Well, Mubarak fell, and in the weeks and months that followed, it became apparent that the mob in Cairo was no more sympathetic to Obama than it had been before. Now, with the Rafah crossing permanently open, weapons flooding into Hamas arsenals in Gaza, Fatah caving in and forming a unity government with Hamas, the Muslim Brotherhood about to take over Egypt, and essential elements of the Camp David accords teetering on the brink of revision, the Israelis probably weren’t the only ones showing up at the White House to explain to the president that he really had screwed everything up. Perhaps the president learned not to overrule his advisers on a subject on which he’s essentially a complete amateur.

There’s one major reason to doubt this explanation, namely that the president is one of the smartest people in the world, and whenever something goes wrong, it’s generally not because he made a mistake, but because he didn’t explain himself well enough, and that’s obviously his listeners’ fault, because he’s the greatest orator since Lincoln, so he’s obviously able to explain himself, but you have to smart enough to follow him, you see.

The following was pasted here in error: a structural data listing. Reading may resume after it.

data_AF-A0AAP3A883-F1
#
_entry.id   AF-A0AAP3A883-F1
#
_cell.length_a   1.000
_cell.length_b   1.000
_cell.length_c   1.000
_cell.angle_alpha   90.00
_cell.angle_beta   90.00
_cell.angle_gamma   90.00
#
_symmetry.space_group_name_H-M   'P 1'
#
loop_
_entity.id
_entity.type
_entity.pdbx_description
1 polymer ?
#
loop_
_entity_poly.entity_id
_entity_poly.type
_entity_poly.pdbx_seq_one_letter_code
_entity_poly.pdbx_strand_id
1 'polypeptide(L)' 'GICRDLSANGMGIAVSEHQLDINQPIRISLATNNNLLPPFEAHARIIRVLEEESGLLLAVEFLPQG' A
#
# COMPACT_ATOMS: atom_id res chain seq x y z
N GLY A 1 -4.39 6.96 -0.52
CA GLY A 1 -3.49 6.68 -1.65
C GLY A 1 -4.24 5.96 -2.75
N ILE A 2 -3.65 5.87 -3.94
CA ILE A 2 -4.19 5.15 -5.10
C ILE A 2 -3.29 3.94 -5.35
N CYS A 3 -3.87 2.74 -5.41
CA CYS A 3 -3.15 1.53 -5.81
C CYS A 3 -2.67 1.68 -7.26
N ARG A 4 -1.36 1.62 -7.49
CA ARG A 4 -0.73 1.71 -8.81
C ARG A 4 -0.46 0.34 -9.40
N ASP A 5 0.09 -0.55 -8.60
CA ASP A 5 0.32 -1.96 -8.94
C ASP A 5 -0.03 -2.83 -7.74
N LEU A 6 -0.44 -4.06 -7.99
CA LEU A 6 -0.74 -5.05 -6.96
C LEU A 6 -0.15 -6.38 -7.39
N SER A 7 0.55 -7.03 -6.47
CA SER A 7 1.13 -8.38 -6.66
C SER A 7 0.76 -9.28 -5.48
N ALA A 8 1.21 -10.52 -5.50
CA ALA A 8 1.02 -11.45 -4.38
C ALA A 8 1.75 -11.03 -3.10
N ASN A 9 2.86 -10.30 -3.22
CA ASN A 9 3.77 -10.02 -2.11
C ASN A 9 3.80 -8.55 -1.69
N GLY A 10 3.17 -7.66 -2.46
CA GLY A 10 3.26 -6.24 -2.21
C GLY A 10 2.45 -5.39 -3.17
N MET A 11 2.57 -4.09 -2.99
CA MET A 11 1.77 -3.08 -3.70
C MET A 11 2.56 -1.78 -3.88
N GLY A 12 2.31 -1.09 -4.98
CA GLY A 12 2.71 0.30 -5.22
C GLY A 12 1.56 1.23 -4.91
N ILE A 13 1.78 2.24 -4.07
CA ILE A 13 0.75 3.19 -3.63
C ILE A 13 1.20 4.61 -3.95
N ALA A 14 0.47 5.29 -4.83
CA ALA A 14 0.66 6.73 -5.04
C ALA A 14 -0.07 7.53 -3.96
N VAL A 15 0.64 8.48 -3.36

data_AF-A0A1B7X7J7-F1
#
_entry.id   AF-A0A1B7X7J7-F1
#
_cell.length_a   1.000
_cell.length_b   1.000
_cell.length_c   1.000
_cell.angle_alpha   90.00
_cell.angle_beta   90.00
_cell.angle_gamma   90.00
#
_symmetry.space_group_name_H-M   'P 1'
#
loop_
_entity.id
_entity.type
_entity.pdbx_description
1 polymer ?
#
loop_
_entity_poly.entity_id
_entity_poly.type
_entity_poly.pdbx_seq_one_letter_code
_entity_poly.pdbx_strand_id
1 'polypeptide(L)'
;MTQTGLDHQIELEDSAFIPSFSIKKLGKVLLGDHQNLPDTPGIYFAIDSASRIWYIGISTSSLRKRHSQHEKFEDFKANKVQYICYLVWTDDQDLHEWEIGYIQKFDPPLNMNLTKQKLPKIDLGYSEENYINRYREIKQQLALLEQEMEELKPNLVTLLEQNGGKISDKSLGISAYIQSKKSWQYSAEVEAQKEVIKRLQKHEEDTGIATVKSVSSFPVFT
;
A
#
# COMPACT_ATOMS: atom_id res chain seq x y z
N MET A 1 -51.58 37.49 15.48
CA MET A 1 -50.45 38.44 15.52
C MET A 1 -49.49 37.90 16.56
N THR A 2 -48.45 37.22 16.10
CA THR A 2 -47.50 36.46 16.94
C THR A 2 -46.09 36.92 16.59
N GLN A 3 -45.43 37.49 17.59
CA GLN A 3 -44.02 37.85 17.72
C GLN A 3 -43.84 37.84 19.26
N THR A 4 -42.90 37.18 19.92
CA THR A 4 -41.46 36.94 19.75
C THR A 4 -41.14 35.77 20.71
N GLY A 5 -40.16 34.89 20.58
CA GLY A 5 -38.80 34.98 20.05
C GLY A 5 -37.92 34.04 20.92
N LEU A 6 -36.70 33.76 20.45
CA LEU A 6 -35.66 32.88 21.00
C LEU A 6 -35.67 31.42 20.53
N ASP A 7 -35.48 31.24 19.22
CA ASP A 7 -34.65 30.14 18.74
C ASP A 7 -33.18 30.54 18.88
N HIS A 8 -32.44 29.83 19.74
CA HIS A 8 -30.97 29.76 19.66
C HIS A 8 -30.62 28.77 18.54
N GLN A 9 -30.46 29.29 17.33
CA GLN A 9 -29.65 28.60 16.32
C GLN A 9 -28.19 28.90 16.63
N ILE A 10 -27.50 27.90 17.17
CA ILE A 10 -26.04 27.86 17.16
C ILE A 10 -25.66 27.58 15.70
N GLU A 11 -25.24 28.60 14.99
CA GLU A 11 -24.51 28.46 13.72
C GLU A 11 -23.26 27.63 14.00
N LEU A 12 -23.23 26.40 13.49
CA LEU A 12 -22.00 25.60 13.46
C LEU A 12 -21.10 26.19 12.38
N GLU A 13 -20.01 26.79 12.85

Any other theories out there?
The only link I can see in Obama's actions is that the less the chance that there would be any backlash or consequences for taking action, the more likely Obama is to try to throw his weight around. The more disdainful of world opinion a country is, the more likely Obama is to try to "engage" with the regime and see hints that they are "reformers." We know that he'd never treat Assad the way his administration jumped all over Netanyahu for a few apartment buildings on Israel's own soil. Even if he's assaulting his own citizens as well as thousands of Palestinians within his country. And all those people who were willing to board flotillas to thumb their noses at Israel are sitting at home now while Assad continues his brutality. I wonder if British universities are going to ban any Syrian scholars (if there are such) from giving talks or doing research as they were so quick to ban or condemn Israeli scholars. It's so much easier and morally self-satisfying to condemn the Jews than a brutal Syrian dictator.